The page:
• Chris, I enjoyed this post very much. I plan to join the 1% in 2013 and have a book contract, so I have to keep on track. I even put a count-down clock on my website to hold myself publicly accountable to my schedule. I gave myself one year to write, six months to edit, and another year to do the round-the-world book tour. Could you write another post on how to do that? I would love to combine a book tour with my bucket list.

  • I just finished my first book. Awaken:100 Questions To Expand Your Mind and Open Your Heart. Check it out at Amazon or my website. I am very excited because it is about my passion for spreading light and love out into the world. I wrote and edited this book over the last 4 months while writing a novel in November as part of NaNoWriMo, that was fun because I just let the creative flow, flow. Awaken will be a resource guide for the work I am focusing on now in my life. I want to create a better world by encouraging the best in people and having them come together and co-create ideas and solutions that will make a positive difference in the world.

  • I’ve been toying with idea of a memoir. I recently finished a 365 blog project through which I encountered many surprises along the way, including an Epic Romance with an Italian living in France. It was all very Under the Tuscan Sun. The Hollywood version. (In the book version she simply restores a villa with her hubby which was absolutely lovely in a non-Epically Romantic kind of way.)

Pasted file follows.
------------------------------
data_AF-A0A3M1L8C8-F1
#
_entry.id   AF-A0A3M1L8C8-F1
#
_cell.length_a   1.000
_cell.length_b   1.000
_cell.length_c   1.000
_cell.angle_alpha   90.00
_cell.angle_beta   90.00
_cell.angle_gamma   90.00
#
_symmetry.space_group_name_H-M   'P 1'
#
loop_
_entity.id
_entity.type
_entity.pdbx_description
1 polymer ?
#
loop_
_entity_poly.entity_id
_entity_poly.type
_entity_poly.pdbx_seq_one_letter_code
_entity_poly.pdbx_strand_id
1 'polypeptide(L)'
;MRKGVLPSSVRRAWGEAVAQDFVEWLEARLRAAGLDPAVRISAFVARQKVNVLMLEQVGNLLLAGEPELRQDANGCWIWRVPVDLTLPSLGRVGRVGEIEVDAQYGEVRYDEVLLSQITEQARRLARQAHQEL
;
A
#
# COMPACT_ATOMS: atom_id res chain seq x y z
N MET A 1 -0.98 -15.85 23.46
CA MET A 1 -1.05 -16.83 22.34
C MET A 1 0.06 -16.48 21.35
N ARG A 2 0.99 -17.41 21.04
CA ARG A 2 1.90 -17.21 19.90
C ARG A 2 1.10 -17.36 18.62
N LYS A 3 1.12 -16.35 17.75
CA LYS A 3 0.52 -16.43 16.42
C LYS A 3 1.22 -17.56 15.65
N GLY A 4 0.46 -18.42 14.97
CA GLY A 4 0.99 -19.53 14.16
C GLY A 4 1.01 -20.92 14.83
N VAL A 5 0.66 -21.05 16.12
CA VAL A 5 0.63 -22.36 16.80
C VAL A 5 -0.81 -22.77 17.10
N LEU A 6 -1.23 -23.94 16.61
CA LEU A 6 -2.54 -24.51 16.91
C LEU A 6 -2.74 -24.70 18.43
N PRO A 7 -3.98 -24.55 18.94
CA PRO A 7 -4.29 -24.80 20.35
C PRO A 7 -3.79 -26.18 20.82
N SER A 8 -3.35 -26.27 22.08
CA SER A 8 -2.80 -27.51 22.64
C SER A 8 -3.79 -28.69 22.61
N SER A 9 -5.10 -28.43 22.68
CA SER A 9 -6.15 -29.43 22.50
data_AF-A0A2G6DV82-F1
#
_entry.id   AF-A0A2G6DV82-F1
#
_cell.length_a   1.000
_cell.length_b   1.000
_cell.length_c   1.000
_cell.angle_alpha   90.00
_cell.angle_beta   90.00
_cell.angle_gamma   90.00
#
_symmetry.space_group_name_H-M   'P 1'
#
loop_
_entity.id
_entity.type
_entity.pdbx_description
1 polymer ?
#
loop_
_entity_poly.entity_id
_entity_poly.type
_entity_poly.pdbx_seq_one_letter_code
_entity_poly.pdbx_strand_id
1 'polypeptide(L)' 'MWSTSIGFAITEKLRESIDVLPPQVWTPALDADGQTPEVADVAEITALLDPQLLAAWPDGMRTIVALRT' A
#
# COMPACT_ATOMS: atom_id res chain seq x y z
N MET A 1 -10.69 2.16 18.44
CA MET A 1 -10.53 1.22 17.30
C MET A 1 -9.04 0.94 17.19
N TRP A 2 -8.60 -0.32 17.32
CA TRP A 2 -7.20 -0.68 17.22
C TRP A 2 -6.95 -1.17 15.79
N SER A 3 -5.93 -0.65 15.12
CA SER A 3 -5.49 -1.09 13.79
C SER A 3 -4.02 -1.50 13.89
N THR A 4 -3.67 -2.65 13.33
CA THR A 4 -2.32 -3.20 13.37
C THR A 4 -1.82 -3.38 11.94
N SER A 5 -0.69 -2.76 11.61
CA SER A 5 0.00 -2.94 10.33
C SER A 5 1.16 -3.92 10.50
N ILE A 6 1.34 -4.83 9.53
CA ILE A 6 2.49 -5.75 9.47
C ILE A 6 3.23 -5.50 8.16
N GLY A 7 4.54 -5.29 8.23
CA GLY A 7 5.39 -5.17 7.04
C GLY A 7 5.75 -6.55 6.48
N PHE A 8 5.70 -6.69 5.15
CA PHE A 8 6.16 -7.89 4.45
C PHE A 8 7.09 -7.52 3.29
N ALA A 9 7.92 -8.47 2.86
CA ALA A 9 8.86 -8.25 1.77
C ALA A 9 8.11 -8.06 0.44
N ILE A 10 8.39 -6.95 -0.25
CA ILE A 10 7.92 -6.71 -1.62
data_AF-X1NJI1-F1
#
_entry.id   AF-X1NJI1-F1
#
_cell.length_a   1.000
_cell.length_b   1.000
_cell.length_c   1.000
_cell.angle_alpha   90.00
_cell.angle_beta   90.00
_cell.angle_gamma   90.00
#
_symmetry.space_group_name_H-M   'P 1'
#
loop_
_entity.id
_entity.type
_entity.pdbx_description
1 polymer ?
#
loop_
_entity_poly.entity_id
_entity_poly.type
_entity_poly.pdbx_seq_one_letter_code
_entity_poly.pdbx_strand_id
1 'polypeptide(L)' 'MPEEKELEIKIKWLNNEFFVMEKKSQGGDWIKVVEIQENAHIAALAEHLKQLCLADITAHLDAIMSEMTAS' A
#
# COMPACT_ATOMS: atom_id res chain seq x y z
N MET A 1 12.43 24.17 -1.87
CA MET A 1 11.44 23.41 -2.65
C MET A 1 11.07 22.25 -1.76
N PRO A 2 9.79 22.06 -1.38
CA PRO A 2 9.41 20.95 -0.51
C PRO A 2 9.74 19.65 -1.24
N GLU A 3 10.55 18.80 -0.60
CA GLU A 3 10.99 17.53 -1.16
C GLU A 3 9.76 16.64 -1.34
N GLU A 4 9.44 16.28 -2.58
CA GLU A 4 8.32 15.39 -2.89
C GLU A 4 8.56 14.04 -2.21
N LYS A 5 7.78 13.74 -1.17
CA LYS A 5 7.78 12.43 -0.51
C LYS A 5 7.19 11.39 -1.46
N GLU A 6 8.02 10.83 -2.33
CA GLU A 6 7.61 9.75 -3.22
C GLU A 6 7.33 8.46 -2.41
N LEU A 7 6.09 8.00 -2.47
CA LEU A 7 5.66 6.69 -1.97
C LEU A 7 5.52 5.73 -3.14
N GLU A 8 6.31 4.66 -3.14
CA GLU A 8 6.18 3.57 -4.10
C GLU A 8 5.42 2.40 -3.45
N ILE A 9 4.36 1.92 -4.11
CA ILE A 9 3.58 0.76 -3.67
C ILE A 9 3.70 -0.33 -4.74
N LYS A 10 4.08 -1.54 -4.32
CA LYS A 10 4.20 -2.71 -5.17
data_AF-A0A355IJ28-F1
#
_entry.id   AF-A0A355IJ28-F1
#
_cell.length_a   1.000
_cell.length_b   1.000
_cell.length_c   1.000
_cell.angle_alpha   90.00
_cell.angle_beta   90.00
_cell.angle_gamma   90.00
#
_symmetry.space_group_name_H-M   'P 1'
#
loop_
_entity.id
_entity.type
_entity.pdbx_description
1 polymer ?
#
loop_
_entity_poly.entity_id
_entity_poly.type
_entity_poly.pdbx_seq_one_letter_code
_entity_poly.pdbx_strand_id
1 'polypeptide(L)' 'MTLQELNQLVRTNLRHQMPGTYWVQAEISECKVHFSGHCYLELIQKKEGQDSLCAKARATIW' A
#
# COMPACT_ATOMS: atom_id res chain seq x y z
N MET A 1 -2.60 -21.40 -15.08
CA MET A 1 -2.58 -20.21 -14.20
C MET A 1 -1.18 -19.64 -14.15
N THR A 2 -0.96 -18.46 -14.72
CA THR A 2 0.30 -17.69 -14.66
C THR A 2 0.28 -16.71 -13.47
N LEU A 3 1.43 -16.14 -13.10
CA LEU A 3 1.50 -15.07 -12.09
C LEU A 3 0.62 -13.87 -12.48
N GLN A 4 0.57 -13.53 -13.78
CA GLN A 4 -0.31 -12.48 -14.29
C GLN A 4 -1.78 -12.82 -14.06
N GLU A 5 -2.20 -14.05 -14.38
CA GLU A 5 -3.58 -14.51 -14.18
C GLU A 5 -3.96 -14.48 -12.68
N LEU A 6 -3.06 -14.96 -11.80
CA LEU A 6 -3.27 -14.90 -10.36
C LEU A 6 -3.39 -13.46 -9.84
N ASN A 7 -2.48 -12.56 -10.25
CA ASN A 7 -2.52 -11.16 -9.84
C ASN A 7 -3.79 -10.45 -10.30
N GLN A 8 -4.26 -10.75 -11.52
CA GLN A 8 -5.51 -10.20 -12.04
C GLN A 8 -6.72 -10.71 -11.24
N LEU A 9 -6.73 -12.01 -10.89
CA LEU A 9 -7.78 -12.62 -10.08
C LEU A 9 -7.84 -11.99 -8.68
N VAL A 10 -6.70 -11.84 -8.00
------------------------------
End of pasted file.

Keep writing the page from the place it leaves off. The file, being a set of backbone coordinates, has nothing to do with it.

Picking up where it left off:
I expected this process could take a year or two. THANK YOU for sharing your 6 month secret. You always make everything seem easy and practical, Chris.

    I read the Unconventional Guide to Publishing a few weeks ago on my way home from France. I can’t recall exactly, but I don’t think memoirs were mentioned. (But then again, I was on a red-eye, so forgive me if I’m incorrect.)

    Are memoirs submitted to agents as fiction or non-fiction? Please say non-fiction. Pretty, pretty please. (My balloon popped after a preliminary online investigation over the weekend.)

  • Chris says:

    @Michelle,